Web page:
So what kinds of challenges do these behemoths present? The most obvious is infrastructure to handle these giants.

For the past two and a half years, the Port of Virginia has been expanding capacity at its two primary container terminals, Virginia International Gateway (VIG) and Norfolk International Terminals (NIT). As a result, says Joe Harris, Senior Director of Communications & Spokesperson for the Virginia Port Authority (VPA), many of the challenges facing the port have been addressed but many still remain.

“Our expansion is resulting in greater volumes of cargo moving across the port faster than ever before,” he explains. “We’re posting world-class numbers at our gate and rail operations and are now focusing on building greater velocity at the berth. As we do those things, however, we have to maintain our focus on ensuring the safety of every person on the terminal. We pursue health and safety excellence through a rigorous program to identify hazards, develop solutions to control those hazards, measure compliance with operational procedures and, finally, motivate all employees and patrons toward safe behaviors.”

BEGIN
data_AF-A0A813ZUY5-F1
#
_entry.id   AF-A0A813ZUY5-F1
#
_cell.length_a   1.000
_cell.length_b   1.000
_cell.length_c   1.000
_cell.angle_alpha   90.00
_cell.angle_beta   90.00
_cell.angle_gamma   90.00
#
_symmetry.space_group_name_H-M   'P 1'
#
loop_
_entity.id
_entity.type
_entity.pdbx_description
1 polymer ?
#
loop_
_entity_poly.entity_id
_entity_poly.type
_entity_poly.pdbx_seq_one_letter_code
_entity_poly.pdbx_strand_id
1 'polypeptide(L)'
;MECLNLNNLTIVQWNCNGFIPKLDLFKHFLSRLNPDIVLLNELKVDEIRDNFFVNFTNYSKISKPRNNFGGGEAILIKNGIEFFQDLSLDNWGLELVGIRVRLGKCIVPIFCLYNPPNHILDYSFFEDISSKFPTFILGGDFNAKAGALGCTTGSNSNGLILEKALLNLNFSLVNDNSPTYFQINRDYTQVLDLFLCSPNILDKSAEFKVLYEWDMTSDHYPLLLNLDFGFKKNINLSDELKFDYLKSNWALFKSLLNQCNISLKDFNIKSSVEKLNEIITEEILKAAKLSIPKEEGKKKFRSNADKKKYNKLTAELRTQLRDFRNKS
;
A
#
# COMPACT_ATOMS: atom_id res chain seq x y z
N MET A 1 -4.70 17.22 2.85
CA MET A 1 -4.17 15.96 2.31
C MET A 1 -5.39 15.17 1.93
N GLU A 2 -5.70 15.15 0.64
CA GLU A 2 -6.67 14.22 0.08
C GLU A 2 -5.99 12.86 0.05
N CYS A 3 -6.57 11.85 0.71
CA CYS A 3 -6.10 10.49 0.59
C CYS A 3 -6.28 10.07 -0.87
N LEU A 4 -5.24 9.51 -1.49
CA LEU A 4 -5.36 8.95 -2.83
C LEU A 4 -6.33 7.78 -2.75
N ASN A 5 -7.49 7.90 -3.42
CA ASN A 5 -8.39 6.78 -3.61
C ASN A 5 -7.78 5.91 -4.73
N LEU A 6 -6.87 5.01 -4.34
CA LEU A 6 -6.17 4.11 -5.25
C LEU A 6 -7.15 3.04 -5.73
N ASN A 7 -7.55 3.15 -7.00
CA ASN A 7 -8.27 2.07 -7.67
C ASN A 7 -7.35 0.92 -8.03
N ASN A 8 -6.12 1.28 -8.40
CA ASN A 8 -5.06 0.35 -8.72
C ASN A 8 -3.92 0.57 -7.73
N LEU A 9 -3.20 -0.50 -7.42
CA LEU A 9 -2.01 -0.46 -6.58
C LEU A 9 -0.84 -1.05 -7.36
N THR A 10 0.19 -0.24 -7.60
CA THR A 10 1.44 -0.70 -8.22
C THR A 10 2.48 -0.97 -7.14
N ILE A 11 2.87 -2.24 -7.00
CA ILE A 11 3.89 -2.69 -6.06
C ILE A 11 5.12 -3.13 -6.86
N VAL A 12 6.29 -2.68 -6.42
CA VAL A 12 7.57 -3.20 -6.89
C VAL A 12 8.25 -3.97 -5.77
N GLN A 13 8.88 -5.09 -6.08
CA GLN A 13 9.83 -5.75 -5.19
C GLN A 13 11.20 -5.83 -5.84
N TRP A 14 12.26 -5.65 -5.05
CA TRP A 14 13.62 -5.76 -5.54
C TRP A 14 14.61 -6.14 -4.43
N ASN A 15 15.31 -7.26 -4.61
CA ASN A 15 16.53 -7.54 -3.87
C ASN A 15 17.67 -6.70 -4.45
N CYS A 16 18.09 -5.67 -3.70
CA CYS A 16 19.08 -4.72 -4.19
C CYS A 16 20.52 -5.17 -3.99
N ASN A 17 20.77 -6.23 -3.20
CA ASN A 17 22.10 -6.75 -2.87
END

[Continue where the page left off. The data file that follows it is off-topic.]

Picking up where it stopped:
A second challenge is maintaining reliability and growing volumes while NIT is under construction. “We are past the halfway point of construction there with 15 new container stacks served by 30 new rail-mounted gantry cranes with 15 more stacks to come,” Harris notes, “but we still must focus on building volumes and maintaining efficiency there.”

While container cargo is a major focus for VPA, cargo diversification is also important.